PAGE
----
This is reported by Bhaskar Pardeshi from VMware.
- Group Reviewers
- rGf5abdb03119a: tcp: fix a bug where unshifting should be put last in tcp_get_srtt()
Verified with siftr
analysis for example:
old minimal srtt_usecs = (1 >> TCP_RTT_SHIFT) * tick = (1 >> 5) * 1000 = 0
new minimal srtt_usecs = (1 * tick) >> TCP_RTT_SHIFT = (1 * (1000)) >> 5 = 31
I think you should add a comment that you use srtt = TICKS_2_USEC(tp->t_srtt) >> TCP_RTT_SHIFT instead of srtt = TICKS_2_USEC(tp->t_srtt >> TCP_RTT_SHIFT) to increase the precision. While doing this, you might want to replace the double space after = by a single one.
For what its worth...
While this does indeed fix a bug where we lose precision, it also reduces the maximum SRTT value which can be stored in ticks without risking an overflow during the TICKS_2_USEC conversion.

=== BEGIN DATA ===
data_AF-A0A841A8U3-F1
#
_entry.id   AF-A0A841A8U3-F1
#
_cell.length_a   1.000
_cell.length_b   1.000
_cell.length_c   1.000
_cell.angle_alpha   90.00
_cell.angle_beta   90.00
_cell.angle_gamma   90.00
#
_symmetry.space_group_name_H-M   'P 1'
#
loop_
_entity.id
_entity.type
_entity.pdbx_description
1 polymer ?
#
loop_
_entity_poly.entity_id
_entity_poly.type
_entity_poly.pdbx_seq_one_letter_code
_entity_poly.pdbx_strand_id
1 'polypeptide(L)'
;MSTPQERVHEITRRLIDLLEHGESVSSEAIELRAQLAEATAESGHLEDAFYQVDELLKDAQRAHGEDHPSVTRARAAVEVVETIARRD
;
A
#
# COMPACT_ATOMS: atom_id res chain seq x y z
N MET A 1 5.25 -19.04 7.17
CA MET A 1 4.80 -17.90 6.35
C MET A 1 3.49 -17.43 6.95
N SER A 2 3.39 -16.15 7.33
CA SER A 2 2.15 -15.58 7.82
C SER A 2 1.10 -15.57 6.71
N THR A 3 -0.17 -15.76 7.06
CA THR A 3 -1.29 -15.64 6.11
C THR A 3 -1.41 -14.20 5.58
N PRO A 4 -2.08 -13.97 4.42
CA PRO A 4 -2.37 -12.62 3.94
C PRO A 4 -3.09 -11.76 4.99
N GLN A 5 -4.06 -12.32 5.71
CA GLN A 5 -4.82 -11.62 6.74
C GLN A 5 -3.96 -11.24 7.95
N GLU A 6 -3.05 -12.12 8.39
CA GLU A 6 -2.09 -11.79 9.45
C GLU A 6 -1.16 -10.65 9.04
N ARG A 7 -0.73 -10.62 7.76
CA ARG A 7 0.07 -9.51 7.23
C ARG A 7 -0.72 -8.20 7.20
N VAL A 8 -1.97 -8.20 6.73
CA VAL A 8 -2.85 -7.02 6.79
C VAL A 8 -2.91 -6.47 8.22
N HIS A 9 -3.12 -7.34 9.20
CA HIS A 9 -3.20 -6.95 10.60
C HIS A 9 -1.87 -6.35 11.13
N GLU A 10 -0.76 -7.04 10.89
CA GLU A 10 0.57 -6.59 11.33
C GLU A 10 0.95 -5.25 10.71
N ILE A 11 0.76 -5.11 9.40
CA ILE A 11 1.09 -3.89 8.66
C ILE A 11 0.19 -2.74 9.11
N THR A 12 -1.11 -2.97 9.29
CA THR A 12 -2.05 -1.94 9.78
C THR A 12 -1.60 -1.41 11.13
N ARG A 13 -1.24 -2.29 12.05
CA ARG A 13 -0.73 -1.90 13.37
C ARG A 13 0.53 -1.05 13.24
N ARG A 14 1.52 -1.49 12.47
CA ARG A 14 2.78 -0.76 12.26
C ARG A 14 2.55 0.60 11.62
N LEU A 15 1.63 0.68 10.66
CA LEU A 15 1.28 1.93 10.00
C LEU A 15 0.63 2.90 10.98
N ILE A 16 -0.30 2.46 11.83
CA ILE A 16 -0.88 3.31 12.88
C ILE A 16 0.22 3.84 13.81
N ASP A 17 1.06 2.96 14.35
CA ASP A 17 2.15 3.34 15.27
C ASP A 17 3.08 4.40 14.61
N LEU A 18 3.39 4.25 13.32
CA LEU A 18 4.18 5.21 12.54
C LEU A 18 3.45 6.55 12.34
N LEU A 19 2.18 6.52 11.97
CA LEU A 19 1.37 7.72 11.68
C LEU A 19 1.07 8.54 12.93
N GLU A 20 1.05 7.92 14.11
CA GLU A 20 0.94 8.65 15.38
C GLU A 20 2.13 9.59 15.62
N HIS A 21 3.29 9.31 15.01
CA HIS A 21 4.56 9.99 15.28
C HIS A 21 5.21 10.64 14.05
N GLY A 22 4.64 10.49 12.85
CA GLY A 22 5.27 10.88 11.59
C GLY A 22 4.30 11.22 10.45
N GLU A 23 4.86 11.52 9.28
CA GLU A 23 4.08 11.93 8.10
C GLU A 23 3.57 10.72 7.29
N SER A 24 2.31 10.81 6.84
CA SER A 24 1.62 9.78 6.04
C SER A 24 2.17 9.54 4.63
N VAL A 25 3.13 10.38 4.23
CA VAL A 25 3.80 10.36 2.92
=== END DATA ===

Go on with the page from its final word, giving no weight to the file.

Previously, the value only overflowed when (srtt >> 5) exceeded (UINT32_MAX / hz). Now, the value will overflow if the unshifted srtt exceeds (UINT32_MAX / hz).
Where hz == 1000, this means we will now overflow if srtt > 4,294,967, which translates to roughly 134.217 seconds. Previously, with hz == 1000, we would overflow if srtt > 137,438,975, which translates to roughly 4,294.967 seconds.
It seems unlikely we would see an srtt of over two minutes; however, it is more likely we would see that than an srtt of over 1 hour. Also, using hz values over 1000 (does anyone do this?) will cause the code to be more susceptible to an overflow.
I'm not suggesting a change at this point. Rather, I'm making an observation in case something strange pops up in the future or someone knows of a use case where this will be a problem.
(If necessary, the fix would be to calculate the srtt using a uint64_t and truncate it to uint32_t when returning it.)